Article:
Starting in Jerusalem, we took our family through ancient and modern times, with visits to Masada, Sfat, and Caesarea, and visits to the Golan Heights, the port of Haifa, to Atlit (the British Detention Center) and the Ayalon Institute (the bullet factory). Our travels ended in Tel Aviv, a vibrant, modern, and metropolitan city with beautiful beaches, world famous corporate R&D facilities, art and culture, and tourists and business people from throughout the world. My brother-in-law, who went to school here 45 years ago, couldn’t believe his eyes.

Tuesday, November 5, 2019

Brave, resilient Israelis in embattled Gaza Envelope give us strength


JNF CEO Russell Robinson with a Sderot resident whose car is riddled with holes. 

By Russell Robinson

As I'm packing to go to Israel to meet with five different Jewish National Fund-USA missions consisting of over 200 participants, my phone's tzevah-adom (red alert) app suddenly starts blaring "Red Alert! Red Alert!" Immediately, I check to see if it's one missile or more. It's more. I watch as one missile after another is launched from Gaza into the Israeli communities surrounding the border.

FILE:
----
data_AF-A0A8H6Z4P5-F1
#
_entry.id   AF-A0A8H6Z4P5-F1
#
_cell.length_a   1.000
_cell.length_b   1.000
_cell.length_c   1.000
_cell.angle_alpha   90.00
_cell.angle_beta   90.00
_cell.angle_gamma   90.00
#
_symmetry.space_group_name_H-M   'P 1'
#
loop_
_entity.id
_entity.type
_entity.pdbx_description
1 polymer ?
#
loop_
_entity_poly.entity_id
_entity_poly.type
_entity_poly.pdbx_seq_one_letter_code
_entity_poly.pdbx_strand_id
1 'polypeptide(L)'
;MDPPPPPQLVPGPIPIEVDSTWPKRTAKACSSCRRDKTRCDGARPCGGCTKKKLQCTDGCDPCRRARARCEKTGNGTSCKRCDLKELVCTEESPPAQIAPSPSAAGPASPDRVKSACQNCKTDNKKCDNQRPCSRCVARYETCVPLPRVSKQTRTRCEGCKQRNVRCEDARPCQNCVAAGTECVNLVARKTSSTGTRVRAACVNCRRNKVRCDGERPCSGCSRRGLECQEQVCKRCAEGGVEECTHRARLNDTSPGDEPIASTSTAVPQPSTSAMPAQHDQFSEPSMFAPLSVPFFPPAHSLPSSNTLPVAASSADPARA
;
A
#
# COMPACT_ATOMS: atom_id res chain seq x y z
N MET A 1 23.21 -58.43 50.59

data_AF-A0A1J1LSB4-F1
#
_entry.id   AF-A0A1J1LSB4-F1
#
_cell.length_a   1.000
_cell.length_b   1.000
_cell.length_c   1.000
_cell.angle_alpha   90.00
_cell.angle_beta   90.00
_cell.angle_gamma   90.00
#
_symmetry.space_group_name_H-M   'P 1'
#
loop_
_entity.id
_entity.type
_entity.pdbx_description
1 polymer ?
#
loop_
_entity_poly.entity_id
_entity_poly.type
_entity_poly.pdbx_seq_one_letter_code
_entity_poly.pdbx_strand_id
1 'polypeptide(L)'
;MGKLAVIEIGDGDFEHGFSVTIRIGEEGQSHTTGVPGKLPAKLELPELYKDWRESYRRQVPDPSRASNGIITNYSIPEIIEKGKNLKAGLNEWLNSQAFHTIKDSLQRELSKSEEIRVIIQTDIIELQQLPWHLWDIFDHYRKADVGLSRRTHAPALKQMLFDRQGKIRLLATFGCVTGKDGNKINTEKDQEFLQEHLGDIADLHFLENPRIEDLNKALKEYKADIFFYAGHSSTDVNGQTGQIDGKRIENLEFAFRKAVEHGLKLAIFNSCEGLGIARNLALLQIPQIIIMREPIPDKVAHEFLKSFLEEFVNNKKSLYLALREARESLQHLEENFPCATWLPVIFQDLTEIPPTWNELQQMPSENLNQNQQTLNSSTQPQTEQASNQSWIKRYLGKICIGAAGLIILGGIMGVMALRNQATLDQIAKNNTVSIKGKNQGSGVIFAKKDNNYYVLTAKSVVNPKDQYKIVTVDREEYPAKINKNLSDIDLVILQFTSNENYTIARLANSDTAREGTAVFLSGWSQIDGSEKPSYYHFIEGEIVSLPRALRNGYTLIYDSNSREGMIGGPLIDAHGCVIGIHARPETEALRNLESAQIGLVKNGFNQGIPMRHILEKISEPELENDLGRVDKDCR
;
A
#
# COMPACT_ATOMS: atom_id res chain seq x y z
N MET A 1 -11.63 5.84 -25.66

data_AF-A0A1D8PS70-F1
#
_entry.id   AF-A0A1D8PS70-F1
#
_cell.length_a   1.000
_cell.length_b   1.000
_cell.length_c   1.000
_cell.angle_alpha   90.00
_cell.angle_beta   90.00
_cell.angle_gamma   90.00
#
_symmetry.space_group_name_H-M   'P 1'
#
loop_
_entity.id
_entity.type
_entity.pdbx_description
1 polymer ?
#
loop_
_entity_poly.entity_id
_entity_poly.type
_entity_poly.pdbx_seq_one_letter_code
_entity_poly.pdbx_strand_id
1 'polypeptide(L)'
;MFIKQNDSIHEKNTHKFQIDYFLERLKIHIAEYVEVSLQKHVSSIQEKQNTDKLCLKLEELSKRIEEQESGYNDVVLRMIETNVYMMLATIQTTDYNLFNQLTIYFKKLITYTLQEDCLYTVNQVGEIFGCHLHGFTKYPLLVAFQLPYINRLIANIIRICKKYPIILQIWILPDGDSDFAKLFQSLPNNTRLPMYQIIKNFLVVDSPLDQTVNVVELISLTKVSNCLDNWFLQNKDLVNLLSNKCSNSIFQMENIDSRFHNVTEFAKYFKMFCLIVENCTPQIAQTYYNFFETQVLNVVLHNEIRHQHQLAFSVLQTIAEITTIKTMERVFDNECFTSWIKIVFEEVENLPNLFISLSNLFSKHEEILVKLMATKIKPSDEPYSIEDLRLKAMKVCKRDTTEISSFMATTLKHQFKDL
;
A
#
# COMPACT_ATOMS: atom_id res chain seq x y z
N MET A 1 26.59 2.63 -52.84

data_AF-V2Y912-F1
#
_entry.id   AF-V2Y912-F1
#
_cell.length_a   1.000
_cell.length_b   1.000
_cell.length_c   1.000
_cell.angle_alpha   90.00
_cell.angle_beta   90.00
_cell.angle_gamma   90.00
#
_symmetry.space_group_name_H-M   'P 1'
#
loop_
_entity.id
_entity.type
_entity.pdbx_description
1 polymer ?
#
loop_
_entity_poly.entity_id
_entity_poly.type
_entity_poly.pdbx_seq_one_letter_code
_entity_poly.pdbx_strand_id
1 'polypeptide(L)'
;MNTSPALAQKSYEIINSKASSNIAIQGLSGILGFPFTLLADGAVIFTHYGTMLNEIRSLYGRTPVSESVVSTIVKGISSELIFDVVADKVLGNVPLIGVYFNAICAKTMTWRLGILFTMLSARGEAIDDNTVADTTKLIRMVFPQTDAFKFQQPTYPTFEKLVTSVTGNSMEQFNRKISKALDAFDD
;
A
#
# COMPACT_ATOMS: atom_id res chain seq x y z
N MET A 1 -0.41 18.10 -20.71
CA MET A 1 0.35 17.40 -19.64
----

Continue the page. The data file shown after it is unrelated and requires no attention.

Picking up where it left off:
Our Israeli friends who live in the GazaEnvelope describe life there as 99 percent heaven and 1 percent hell. The 1 percent hell was beginning again, as it has from the day Israel withdrew from 100 percent of the territory in Gaza.

Friday, October 25, 2019

The power of experiential education in Israel: 'Involve me and I’ll learn'

By Amanda Feder

From a young age, I knew I wanted to become a teacher. I have a passion for learning and long to see and know as much as possible. As a student, I learned best when I was involved in the lessons: The more engaged and hands-on the experience, the better the chances of retaining what was being taught. 

When I became a teacher, I carried that mentality with me into my classroom, and I aim to make learning as experiential as possible for my students.

Growing up, I attended Charles E. Smith Jewish Day School in Rockville, Maryland, and Israel was a core component of my daily life. Whether it was studying the Torah, listening to Israeli folk music, or learning about the country's vibrant history, my love for Israel has always been with me. 

I visited Israel a few times throughout elementary and high school, and with each visit I saw firsthand what I was taught in school -- Israel became my classroom.

It wasn't until I was finishing high school that I experienced Israel in a way that would completely transform my life. At my school, seniors graduate in February and spend what would typically be the last semester of high school living in Israel. My class attended Alexander Muss High School in Israel (AMHSI-JNF), and it showed me what an entire school built on experiential learning looked like.